1. VIX at a 50% Premium to the 20-Day HV
  2. VIX at a 25-50% Premium to the 20-Day HV
  3. VIX at a 0-25% Premium to the 20-Day HV
  4. VIX Below the 20-Day HV

Each bucket had a similar number of trades.

Results: Entries Based on the IV/HV Relationship

Let’s take a look at various metrics related to the short straddle trades entered in each environment:

historical vol data

Based on this data, we can see that the trades entered when 20-day HV was below the VIX had noticeably better performance than the trades that were entered when 20-day HV was above the VIX. Most notably, the median expiration profit/loss was between 17-34% for the trades entered when HV was below IV. The trades that were entered when HV was above IV had a median expiration profit/loss of 10%.

Additionally, the trades entered when HV was above IV had slightly lower success rates and frequency of profitable trading days, though these differences were much smaller than the expiration profit/loss figures.

The Best Brokerage for Traders

We’ve been trading with tastyworks for years, benefiting from their trader-friendly fees:

  • Free Stock Trading
  • $10 Commission-Cap Per Option Leg
  • Close Trades for Free*
  • $10 Max Fee Per Crypto Order

Sign up with tastyworks using the link below to secure a $200 free stock signup bonus.

* Applicable exchange, clearing, and regulatory fees still apply to all opening and closing trades except for cryptocurrency orders which are not subject to exchange, clearing, and regulatory fees.

Despite selling options with the highest average VIX levels (the most expensive options of the four buckets), selling 30-day SPY straddles when SPY’s 20-day historical volatility exceeded the VIX resulted in decreased performance relative to the trades that were entered when SPY’s 20-day historical volatility was below the VIX.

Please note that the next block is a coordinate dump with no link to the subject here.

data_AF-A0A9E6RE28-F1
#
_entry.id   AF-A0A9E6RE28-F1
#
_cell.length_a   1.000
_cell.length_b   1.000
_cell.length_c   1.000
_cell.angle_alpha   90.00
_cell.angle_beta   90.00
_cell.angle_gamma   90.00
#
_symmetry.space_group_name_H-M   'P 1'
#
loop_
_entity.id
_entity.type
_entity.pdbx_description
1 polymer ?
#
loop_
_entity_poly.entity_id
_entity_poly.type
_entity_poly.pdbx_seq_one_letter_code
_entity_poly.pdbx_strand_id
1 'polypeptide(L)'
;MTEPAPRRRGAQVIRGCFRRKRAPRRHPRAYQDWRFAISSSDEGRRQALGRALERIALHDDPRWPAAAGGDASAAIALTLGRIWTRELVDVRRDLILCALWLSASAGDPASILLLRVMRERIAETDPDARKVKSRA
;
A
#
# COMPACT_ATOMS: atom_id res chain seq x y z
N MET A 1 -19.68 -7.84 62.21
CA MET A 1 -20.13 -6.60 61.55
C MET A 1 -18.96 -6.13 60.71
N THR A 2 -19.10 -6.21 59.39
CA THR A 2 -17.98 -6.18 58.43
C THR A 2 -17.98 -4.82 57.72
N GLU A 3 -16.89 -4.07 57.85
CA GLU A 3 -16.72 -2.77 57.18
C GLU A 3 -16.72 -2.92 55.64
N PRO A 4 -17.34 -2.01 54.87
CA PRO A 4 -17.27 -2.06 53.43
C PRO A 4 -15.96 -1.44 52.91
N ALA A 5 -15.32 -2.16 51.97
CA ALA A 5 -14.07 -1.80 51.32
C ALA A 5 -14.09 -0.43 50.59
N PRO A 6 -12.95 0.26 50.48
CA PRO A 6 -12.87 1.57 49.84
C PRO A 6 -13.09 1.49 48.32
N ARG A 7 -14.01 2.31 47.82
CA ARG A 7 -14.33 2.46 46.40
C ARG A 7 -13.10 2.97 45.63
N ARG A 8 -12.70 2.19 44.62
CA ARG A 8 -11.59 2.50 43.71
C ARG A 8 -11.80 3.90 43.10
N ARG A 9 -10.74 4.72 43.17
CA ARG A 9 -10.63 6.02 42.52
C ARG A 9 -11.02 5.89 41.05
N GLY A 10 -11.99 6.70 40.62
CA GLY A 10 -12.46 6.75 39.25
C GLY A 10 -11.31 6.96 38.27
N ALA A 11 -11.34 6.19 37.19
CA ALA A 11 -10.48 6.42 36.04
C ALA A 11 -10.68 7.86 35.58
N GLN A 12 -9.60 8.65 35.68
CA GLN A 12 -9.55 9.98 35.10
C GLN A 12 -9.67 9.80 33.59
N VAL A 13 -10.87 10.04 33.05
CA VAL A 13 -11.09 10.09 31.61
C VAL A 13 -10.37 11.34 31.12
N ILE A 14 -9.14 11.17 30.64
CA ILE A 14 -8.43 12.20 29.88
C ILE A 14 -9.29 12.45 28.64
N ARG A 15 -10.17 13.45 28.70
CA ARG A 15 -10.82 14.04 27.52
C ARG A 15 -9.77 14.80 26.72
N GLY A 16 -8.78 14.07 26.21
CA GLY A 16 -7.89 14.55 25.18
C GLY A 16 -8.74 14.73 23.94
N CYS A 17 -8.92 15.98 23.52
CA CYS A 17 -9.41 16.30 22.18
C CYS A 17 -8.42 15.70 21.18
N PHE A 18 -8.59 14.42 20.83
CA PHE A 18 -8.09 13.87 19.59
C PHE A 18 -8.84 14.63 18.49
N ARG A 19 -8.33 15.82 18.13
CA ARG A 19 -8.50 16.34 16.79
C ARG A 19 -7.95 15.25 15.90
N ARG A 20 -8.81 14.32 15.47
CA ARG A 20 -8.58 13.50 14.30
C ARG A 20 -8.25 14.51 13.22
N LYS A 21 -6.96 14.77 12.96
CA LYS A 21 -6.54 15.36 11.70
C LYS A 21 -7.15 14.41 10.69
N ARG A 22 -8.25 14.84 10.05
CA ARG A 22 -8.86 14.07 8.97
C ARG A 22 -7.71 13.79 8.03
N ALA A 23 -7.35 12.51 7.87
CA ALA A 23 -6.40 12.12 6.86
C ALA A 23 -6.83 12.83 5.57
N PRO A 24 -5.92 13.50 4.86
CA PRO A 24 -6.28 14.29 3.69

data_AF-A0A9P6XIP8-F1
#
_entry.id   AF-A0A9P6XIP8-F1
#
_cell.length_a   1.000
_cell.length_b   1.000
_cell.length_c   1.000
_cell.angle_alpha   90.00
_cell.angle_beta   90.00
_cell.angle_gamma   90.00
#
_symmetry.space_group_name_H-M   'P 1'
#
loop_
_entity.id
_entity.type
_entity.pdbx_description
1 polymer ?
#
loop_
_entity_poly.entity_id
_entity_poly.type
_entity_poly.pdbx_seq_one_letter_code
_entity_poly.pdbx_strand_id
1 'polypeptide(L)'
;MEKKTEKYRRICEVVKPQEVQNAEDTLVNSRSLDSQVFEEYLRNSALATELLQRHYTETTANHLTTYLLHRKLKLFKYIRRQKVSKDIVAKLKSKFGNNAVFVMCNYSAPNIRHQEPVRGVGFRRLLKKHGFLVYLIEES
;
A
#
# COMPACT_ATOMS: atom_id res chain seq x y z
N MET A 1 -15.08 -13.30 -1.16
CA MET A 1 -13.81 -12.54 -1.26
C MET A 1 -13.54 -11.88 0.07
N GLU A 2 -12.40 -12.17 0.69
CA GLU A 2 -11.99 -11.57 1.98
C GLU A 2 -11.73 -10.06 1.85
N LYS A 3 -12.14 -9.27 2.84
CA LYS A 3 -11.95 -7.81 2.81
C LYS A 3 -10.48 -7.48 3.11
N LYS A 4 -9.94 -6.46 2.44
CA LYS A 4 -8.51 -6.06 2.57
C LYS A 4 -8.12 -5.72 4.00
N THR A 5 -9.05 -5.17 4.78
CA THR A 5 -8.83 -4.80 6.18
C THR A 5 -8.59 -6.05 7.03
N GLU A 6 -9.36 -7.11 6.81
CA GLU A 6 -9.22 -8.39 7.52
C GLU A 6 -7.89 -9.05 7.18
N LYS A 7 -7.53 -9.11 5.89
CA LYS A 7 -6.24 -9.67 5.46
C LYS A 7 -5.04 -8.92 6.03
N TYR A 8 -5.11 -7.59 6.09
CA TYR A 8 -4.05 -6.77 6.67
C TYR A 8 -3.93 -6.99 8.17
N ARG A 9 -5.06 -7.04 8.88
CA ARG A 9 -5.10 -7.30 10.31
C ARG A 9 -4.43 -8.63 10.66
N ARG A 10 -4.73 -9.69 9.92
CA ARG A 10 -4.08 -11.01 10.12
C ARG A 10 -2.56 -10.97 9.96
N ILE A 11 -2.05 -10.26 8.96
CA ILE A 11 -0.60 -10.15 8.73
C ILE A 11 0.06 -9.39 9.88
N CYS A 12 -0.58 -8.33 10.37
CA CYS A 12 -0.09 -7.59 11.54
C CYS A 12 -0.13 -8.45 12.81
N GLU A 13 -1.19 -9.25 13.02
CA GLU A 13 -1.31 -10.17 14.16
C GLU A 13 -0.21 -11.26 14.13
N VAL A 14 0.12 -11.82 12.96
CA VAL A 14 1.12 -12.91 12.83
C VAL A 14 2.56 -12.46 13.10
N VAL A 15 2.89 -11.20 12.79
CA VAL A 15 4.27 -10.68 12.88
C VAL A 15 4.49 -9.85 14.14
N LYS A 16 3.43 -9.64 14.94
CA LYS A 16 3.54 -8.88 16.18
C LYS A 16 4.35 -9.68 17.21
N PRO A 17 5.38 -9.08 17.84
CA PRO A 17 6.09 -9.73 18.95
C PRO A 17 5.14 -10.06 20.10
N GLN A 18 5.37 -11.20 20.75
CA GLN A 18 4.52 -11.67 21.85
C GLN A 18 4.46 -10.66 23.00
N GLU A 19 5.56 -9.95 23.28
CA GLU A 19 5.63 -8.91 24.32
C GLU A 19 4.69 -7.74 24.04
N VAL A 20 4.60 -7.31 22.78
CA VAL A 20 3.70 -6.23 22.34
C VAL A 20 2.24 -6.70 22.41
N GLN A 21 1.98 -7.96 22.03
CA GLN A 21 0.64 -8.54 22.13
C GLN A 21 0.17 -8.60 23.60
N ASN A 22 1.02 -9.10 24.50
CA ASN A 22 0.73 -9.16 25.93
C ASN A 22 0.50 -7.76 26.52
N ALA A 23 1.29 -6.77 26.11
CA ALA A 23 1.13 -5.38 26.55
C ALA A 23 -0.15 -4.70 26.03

While this simple test certainly doesn’t put the nail in the coffin on the topic of using historical volatility for trade entries, it does indicate that the idea has legs.

Summary of Main Concepts

To quickly summarize what this post has covered, here are the key points to remember:

  • Implied volatility is a forward-looking indication of a stock’s expected price movements based on the prices of the stock’s options. Historical volatility is a backward-looking indicator that quantifies the annualized standard deviation of a stock’s past price changes.

  • Some traders prefer to only look at implied volatility, while some like to analyze implied volatility and historical volatility together.

  • Based on our preliminary analysis, 30-day SPY short straddles entered when the S&P 500’s implied volatility exceeded its 20-day (one-month) historical volatility outperformed trades in which the 20-day historical volatility exceeded the current implied volatility.

  • The findings suggest that premium sellers may benefit from selling options when implied volatility exceeds the 20-day historical volatility.

  • In a similar vein, premium buyers may benefit from buying options when the 20-day historical volatility exceeds the current implied volatility.
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About the Author

Chris Butler received his Bachelor’s degree in Finance from DePaul University and has nine years of experience in the financial markets. 

Chris started the projectfinance YouTube channel in 2016, which has accumulated over 25 million views from investors globally.